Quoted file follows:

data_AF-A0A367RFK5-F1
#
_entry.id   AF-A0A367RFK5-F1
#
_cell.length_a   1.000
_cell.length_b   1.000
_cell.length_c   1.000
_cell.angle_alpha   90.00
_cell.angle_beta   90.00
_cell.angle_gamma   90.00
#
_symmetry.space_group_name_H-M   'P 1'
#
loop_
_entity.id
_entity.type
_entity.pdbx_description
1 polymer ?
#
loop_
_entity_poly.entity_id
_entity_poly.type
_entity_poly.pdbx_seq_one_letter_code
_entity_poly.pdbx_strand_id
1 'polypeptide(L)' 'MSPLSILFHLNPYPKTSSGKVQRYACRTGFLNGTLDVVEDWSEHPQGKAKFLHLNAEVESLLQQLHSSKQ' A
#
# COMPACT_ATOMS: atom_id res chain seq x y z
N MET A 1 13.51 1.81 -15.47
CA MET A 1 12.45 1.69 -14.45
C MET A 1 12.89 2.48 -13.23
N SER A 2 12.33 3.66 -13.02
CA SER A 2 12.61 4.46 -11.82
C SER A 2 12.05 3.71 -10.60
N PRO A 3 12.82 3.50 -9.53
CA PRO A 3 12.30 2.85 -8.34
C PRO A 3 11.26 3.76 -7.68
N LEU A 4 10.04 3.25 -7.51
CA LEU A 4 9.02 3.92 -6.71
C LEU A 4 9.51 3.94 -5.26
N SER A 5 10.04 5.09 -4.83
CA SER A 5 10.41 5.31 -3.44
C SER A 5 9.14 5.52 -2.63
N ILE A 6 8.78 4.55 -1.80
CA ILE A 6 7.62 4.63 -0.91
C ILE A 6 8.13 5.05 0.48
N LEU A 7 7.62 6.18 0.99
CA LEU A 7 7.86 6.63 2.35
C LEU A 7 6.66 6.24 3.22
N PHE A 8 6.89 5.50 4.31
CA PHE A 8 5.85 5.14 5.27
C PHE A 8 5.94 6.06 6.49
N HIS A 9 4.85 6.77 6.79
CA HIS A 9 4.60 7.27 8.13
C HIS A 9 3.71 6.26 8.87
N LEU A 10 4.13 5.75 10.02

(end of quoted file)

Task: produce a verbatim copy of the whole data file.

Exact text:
data_AF-A0A367RFK5-F1
#
_entry.id   AF-A0A367RFK5-F1
#
_cell.length_a   1.000
_cell.length_b   1.000
_cell.length_c   1.000
_cell.angle_alpha   90.00
_cell.angle_beta   90.00
_cell.angle_gamma   90.00
#
_symmetry.space_group_name_H-M   'P 1'
#
loop_
_entity.id
_entity.type
_entity.pdbx_description
1 polymer ?
#
loop_
_entity_poly.entity_id
_entity_poly.type
_entity_poly.pdbx_seq_one_letter_code
_entity_poly.pdbx_strand_id
1 'polypeptide(L)' 'MSPLSILFHLNPYPKTSSGKVQRYACRTGFLNGTLDVVEDWSEHPQGKAKFLHLNAEVESLLQQLHSSKQ' A
#
# COMPACT_ATOMS: atom_id res chain seq x y z
N MET A 1 13.51 1.81 -15.47
CA MET A 1 12.45 1.69 -14.45
C MET A 1 12.89 2.48 -13.23
N SER A 2 12.33 3.66 -13.02
CA SER A 2 12.61 4.46 -11.82
C SER A 2 12.05 3.71 -10.60
N PRO A 3 12.82 3.50 -9.53
CA PRO A 3 12.30 2.85 -8.34
C PRO A 3 11.26 3.76 -7.68
N LEU A 4 10.04 3.25 -7.51
CA LEU A 4 9.02 3.92 -6.71
C LEU A 4 9.51 3.94 -5.26
N SER A 5 10.04 5.09 -4.83
CA SER A 5 10.41 5.31 -3.44
C SER A 5 9.14 5.52 -2.63
N ILE A 6 8.78 4.55 -1.80
CA ILE A 6 7.62 4.63 -0.91
C ILE A 6 8.13 5.05 0.48
N LEU A 7 7.62 6.18 0.99
CA LEU A 7 7.86 6.63 2.35
C LEU A 7 6.66 6.24 3.22
N PHE A 8 6.89 5.50 4.31
CA PHE A 8 5.85 5.14 5.27
C PHE A 8 5.94 6.06 6.49
N HIS A 9 4.85 6.77 6.79
CA HIS A 9 4.60 7.27 8.13
C HIS A 9 3.71 6.26 8.87
N LEU A 10 4.13 5.75 10.02